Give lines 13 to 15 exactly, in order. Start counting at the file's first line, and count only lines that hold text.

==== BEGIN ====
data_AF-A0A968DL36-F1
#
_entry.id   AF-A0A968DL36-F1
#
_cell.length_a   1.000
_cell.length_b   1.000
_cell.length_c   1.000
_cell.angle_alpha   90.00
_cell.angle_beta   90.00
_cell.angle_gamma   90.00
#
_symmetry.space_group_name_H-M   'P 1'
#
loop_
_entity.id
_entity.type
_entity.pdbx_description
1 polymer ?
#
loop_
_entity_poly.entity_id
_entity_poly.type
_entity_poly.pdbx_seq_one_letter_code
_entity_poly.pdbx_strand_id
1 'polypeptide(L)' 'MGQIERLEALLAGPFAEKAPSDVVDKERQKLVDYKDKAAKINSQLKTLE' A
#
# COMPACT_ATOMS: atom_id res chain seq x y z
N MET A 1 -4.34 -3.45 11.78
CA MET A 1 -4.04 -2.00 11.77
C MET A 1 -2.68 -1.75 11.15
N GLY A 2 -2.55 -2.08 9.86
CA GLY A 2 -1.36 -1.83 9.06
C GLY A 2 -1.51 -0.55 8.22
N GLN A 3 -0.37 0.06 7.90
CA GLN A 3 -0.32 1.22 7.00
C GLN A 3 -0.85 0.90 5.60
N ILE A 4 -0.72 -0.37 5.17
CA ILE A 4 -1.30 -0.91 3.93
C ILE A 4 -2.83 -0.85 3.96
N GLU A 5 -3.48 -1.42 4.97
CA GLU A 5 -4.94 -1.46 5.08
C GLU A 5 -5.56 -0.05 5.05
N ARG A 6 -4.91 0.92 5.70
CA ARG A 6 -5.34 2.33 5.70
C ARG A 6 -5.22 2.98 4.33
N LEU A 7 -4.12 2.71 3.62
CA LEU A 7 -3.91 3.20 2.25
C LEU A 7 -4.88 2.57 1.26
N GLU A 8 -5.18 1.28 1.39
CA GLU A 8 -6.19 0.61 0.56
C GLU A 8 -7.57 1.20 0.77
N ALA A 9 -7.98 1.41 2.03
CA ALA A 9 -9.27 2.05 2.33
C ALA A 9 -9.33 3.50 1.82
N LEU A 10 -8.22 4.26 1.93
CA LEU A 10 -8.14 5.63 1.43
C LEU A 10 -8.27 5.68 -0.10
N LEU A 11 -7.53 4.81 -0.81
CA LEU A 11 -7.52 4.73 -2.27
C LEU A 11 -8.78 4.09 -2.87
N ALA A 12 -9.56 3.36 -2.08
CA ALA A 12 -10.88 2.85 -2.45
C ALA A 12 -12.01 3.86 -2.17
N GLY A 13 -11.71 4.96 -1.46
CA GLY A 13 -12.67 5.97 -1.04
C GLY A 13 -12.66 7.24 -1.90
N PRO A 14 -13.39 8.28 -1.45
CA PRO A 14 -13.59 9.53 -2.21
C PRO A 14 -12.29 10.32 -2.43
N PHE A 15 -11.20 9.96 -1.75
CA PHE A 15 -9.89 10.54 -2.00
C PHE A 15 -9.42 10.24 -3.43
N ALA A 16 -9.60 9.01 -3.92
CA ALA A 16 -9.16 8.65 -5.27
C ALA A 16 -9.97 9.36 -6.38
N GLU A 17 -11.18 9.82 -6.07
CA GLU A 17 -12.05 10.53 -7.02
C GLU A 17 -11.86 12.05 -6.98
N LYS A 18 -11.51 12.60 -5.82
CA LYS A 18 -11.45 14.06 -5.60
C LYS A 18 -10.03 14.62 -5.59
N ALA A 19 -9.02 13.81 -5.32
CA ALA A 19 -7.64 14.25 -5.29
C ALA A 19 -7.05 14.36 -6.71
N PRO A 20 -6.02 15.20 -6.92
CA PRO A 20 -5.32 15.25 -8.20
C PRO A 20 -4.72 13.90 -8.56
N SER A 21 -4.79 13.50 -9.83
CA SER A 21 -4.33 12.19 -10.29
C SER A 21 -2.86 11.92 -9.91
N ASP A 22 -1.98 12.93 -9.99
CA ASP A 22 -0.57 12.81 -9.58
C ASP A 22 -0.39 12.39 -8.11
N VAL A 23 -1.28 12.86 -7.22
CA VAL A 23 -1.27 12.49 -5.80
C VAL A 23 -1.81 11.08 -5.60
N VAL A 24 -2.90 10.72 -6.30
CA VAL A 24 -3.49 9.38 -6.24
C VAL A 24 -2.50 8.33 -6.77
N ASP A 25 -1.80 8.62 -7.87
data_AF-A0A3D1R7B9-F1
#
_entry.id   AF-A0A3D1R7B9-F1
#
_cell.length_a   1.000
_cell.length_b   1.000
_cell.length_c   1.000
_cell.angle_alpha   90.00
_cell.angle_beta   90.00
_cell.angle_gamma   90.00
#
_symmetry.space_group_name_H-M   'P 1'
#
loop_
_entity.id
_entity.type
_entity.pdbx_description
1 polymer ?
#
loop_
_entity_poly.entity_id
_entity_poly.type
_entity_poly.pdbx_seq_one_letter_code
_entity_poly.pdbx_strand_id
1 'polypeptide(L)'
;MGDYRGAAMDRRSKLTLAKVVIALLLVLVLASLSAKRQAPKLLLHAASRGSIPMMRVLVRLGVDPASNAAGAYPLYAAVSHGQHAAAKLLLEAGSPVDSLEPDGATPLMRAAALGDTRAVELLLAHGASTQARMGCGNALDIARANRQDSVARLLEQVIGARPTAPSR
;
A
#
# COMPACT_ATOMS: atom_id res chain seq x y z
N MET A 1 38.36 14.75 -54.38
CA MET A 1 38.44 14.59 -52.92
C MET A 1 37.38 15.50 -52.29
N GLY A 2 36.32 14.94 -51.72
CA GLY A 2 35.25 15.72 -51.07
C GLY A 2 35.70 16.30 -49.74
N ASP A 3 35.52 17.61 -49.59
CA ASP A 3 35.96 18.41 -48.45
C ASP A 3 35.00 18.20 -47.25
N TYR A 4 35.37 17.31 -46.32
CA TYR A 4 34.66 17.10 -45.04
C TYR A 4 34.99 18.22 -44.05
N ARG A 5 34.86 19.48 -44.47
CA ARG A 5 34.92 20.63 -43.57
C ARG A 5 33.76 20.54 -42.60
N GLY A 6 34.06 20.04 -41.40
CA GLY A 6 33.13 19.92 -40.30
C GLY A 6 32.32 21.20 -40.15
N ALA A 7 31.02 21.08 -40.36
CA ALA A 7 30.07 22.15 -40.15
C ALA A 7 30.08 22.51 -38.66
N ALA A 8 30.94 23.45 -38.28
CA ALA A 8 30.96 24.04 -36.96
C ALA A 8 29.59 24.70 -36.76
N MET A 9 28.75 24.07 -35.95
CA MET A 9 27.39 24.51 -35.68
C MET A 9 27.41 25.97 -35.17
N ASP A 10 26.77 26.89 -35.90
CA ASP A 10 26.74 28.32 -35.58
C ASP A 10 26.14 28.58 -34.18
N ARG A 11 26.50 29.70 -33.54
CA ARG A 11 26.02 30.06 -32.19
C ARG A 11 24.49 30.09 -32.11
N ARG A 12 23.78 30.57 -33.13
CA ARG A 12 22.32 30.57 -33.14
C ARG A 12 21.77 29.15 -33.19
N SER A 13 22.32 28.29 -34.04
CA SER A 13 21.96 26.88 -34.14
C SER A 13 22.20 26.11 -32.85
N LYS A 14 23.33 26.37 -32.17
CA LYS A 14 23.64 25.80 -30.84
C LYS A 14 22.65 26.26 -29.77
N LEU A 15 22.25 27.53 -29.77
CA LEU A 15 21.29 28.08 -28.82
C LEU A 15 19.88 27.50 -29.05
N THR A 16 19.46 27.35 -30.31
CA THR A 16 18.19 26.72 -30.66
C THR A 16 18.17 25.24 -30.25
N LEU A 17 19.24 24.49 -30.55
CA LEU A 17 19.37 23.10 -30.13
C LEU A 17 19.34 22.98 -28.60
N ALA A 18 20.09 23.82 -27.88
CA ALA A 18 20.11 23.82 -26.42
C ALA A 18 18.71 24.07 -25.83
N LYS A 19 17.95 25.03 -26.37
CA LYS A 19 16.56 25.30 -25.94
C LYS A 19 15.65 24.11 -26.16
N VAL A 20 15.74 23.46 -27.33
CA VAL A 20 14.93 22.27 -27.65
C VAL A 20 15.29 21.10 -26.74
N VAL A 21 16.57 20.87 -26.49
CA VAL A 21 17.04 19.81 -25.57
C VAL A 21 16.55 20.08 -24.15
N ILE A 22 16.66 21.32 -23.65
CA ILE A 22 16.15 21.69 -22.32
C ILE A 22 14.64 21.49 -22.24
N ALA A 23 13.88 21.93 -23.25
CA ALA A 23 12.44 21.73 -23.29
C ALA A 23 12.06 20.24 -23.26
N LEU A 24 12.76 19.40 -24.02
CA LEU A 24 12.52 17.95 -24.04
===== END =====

#
loop_
_entity.id